State of New Jersey
Department Of The Public Advocate
240 West State St.
P.O. Box  851  
Trenton, NJ 08625-0851
Phone: (609) 826-5090    Fax: (609) 984-4747


For Immediate Release: 
December 17, 2007 

Public Advocate


For Further Information

Robyn Roberts
(Rate Counsel)
Tel: 973-648-2290

Public Advocate Urges BPU To
Screen Low-income, Senior Consumers
For Energy Assistance Program


Newark, N.J.— The Public Advocate’s Division of Rate Counsel today testified before the Board of Public Utilities (BPU), asking the Board to comply with its 2003 order to automatically screen low-income, elderly and disabled consumers for Universal Service Fund (USF) benefits.

            Testimony was presented by Paul Flanagan, Litigation Manager, on behalf of Public Advocate Ronald K. Chen and Stefanie Brand, director of the Division of Rate Counsel.

            “The Universal Service Fund provides critical assistance to help low-income customers, many of them elderly and disabled, pay their heating and electricity bills.  In the face of rising energy costs, the assistance provided through the Universal Service Fund has become even more essential to protecting the well being of some of New Jersey’s most vulnerable residents,” Flanagan testified.  “Without the help provided through the Universal Service program, a family living on a low or fixed income may well confront a choice between filling a needed prescription drug or paying the utility bill.”

            In 2003, the BPU issued an order that low-income customers with household incomes below 175 percent of the federal poverty level would be eligible for the USF program, and that participants in the Low Income Heating Energy Assistance Program (LIHEAP) and Lifeline program would be automatically screened for USF eligibility.

The Lifeline Credit Program is for those whose income or energy burdens qualify them for financial assistance.  The USF assistance program was created by the state to help low-income customers pay their energy bills.  To ensure that those who qualify for the USF program take advantage of it, the Board’s 2003 order provided that applicants for the Lifeline Credit Program would be automatically screened for USF eligibility.  Otherwise, potential participants would have to fill out additional application forms or might not be aware that they qualify for the USF program.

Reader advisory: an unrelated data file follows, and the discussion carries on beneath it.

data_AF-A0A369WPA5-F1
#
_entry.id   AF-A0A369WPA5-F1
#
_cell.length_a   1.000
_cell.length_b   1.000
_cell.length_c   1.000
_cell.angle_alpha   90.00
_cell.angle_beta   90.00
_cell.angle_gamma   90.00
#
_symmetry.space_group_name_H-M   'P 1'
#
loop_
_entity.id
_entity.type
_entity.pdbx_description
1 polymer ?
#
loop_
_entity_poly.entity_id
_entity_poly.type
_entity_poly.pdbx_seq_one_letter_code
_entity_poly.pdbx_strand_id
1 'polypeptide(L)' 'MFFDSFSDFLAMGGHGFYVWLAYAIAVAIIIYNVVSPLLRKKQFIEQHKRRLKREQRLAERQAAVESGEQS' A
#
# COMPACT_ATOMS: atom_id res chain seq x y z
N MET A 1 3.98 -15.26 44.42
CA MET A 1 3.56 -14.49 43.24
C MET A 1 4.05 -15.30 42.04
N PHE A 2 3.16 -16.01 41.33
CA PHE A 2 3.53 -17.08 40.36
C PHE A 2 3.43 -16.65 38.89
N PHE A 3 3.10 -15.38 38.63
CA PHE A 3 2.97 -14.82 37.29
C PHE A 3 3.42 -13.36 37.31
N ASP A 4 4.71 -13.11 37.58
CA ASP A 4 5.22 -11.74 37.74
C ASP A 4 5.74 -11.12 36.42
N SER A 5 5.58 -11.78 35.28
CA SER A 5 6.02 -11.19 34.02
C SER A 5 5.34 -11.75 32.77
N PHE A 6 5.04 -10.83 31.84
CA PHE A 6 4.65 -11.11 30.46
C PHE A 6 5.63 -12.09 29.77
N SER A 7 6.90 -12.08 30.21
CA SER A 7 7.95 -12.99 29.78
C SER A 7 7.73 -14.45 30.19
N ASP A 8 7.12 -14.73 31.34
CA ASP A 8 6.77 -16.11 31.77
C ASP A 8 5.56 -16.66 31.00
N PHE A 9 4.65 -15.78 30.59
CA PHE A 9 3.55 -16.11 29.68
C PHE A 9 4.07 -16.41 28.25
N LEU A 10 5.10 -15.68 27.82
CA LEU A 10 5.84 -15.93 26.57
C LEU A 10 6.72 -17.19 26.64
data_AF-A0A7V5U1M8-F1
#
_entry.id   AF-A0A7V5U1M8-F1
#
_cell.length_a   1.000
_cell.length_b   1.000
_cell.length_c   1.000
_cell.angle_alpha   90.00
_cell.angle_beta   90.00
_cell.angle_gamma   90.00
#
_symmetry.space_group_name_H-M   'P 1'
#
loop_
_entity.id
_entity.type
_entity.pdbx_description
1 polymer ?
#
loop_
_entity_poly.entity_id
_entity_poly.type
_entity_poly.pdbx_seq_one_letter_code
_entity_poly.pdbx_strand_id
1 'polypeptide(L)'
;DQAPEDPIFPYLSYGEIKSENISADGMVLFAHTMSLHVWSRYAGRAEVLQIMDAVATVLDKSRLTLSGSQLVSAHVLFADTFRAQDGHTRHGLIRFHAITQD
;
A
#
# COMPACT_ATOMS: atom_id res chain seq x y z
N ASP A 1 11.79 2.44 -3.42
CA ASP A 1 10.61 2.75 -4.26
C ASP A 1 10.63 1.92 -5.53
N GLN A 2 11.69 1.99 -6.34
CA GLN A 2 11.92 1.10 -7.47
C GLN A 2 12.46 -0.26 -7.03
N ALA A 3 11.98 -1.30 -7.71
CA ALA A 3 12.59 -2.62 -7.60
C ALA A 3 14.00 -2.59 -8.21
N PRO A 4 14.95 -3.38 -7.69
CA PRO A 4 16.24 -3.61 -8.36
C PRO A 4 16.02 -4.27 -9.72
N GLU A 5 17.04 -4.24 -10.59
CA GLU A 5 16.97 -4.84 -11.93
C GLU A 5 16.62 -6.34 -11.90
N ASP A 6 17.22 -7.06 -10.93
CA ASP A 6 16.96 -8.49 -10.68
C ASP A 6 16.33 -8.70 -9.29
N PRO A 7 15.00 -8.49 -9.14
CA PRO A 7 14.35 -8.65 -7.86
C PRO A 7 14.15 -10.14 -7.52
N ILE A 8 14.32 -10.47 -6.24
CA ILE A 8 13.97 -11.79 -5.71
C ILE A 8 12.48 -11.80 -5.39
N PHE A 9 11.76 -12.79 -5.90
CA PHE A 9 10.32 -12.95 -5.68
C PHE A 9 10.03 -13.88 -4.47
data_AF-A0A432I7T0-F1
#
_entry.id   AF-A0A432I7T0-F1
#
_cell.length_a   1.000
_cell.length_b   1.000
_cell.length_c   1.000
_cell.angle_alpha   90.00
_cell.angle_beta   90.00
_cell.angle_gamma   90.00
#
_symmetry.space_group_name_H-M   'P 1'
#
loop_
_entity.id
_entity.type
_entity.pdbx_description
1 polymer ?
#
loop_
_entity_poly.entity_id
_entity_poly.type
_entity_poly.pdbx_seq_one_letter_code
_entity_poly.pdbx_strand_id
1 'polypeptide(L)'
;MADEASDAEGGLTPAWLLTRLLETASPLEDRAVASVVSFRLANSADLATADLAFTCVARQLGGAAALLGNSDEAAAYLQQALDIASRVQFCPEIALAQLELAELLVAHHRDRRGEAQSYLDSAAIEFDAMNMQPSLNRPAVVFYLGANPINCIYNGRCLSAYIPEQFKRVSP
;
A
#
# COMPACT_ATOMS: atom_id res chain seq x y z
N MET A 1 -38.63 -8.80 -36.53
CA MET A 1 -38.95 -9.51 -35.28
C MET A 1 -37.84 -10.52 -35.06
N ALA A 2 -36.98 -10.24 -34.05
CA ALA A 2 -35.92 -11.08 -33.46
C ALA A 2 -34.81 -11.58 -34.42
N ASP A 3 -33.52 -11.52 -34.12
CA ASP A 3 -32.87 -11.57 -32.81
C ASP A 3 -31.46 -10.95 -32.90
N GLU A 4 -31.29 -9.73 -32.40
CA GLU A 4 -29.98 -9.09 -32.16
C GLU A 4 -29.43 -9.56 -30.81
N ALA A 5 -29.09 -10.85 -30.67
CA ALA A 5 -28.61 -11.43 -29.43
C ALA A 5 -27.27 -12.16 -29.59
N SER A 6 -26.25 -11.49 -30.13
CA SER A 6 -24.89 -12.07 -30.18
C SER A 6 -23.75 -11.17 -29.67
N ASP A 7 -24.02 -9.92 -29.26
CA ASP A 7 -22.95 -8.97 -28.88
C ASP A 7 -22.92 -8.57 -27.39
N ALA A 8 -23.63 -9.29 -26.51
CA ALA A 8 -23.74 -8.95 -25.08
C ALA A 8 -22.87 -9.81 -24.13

When the BPU undertook its first full-scale automatic enrollment process in October of 2003, participants in the LIHEAP and Lifeline programs were automatically screened for eligibility for the USF, using information already in the state’s databases for these two programs. As a result of this process, over 31,000 participants in the Lifeline program were identified and found to be eligible for benefits under the Universal Service program.  Since that time, however, the state continued to screen participants in the LIHEAP program for eligibility for USF benefits, but there have been no further automatic screenings of Lifeline recipients.

On December 14, 2007, the Division of Rate Counsel filed a Notice of Appeal challenging the BPU inaction and asked the Appellate Division to require the BPU  to comply with its original order.  Chen also urged the Board to continue automatic screening in the future to ensure that those that were eligible for the program are able to take advantage of it.  

For a copy of the Rate Counsel’s testimony and further details about Rate Counsel’s filed comments, go to



The Division of Rate Counsel is a division within the Department of the Public Advocate and represents the interests of consumers of electric, natural gas, water/sewer and telecommunications and cable TV service. Additional information on this and other utility matters can be found at the Division’s website at The Department of the Public Advocate website is